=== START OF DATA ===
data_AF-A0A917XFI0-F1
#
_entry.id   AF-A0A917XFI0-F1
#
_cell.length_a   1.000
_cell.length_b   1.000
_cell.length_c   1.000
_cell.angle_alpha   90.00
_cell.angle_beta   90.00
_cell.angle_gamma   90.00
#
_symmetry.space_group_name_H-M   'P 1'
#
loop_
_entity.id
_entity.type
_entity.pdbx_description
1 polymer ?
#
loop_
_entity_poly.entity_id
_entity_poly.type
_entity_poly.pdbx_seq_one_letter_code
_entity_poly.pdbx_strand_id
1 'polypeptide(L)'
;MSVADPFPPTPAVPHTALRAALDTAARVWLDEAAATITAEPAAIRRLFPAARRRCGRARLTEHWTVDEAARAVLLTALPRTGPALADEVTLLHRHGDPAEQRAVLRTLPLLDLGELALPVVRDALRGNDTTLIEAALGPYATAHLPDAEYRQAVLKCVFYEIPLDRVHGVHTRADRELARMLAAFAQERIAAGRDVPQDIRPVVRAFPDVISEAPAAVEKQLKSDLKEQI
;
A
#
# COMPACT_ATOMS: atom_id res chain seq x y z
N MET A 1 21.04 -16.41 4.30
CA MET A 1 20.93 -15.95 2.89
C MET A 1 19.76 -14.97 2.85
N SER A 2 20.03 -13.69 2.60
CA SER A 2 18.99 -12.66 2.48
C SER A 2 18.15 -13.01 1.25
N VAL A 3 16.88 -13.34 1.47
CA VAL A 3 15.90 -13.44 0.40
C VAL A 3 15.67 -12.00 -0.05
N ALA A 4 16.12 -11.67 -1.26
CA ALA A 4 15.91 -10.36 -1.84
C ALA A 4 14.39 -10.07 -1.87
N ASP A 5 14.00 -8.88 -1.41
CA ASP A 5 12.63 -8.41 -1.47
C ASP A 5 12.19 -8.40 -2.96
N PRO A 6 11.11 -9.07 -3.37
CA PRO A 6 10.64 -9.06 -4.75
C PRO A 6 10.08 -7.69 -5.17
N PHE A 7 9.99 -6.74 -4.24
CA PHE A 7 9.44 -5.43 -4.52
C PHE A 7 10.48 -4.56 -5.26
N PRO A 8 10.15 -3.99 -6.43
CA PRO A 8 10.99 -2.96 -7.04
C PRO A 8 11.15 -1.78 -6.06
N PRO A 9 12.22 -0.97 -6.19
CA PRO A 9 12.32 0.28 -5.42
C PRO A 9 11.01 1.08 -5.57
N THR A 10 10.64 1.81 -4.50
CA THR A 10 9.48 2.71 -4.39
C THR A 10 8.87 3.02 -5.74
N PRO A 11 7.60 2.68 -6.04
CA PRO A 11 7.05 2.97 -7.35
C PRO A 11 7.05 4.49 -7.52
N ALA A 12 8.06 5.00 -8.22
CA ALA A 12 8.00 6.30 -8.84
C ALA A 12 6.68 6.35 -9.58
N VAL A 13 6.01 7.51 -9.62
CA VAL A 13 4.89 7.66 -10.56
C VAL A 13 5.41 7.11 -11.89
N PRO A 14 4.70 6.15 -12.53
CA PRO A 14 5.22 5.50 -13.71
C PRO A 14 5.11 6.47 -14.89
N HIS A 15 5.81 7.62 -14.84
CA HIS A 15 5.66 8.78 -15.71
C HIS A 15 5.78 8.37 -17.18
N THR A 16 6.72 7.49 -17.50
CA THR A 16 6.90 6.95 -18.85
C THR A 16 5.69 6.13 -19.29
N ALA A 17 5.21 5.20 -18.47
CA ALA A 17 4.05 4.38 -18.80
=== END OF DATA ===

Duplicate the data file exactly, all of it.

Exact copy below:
data_AF-A0A917XFI0-F1
#
_entry.id   AF-A0A917XFI0-F1
#
_cell.length_a   1.000
_cell.length_b   1.000
_cell.length_c   1.000
_cell.angle_alpha   90.00
_cell.angle_beta   90.00
_cell.angle_gamma   90.00
#
_symmetry.space_group_name_H-M   'P 1'
#
loop_
_entity.id
_entity.type
_entity.pdbx_description
1 polymer ?
#
loop_
_entity_poly.entity_id
_entity_poly.type
_entity_poly.pdbx_seq_one_letter_code
_entity_poly.pdbx_strand_id
1 'polypeptide(L)'
;MSVADPFPPTPAVPHTALRAALDTAARVWLDEAAATITAEPAAIRRLFPAARRRCGRARLTEHWTVDEAARAVLLTALPRTGPALADEVTLLHRHGDPAEQRAVLRTLPLLDLGELALPVVRDALRGNDTTLIEAALGPYATAHLPDAEYRQAVLKCVFYEIPLDRVHGVHTRADRELARMLAAFAQERIAAGRDVPQDIRPVVRAFPDVISEAPAAVEKQLKSDLKEQI
;
A
#
# COMPACT_ATOMS: atom_id res chain seq x y z
N MET A 1 21.04 -16.41 4.30
CA MET A 1 20.93 -15.95 2.89
C MET A 1 19.76 -14.97 2.85
N SER A 2 20.03 -13.69 2.60
CA SER A 2 18.99 -12.66 2.48
C SER A 2 18.15 -13.01 1.25
N VAL A 3 16.88 -13.34 1.47
CA VAL A 3 15.90 -13.44 0.40
C VAL A 3 15.67 -12.00 -0.05
N ALA A 4 16.12 -11.67 -1.26
CA ALA A 4 15.91 -10.36 -1.84
C ALA A 4 14.39 -10.07 -1.87
N ASP A 5 14.00 -8.88 -1.41
CA ASP A 5 12.63 -8.41 -1.47
C ASP A 5 12.19 -8.40 -2.96
N PRO A 6 11.11 -9.07 -3.37
CA PRO A 6 10.64 -9.06 -4.75
C PRO A 6 10.08 -7.69 -5.17
N PHE A 7 9.99 -6.74 -4.24
CA PHE A 7 9.44 -5.43 -4.52
C PHE A 7 10.48 -4.56 -5.26
N PRO A 8 10.15 -3.99 -6.43
CA PRO A 8 10.99 -2.96 -7.04
C PRO A 8 11.15 -1.78 -6.06
N PRO A 9 12.22 -0.97 -6.19
CA PRO A 9 12.32 0.28 -5.42
C PRO A 9 11.01 1.08 -5.57
N THR A 10 10.64 1.81 -4.50
CA THR A 10 9.48 2.71 -4.39
C THR A 10 8.87 3.02 -5.74
N PRO A 11 7.60 2.68 -6.04
CA PRO A 11 7.05 2.97 -7.35
C PRO A 11 7.05 4.49 -7.52
N ALA A 12 8.06 5.00 -8.22
CA ALA A 12 8.00 6.30 -8.84
C ALA A 12 6.68 6.35 -9.58
N VAL A 13 6.01 7.51 -9.62
CA VAL A 13 4.89 7.66 -10.56
C VAL A 13 5.41 7.11 -11.89
N PRO A 14 4.70 6.15 -12.53
CA PRO A 14 5.22 5.50 -13.71
C PRO A 14 5.11 6.47 -14.89
N HIS A 15 5.81 7.62 -14.84
CA HIS A 15 5.66 8.78 -15.71
C HIS A 15 5.78 8.37 -17.18
N THR A 16 6.72 7.49 -17.50
CA THR A 16 6.90 6.95 -18.85
C THR A 16 5.69 6.13 -19.29
N ALA A 17 5.21 5.20 -18.47
CA ALA A 17 4.05 4.38 -18.80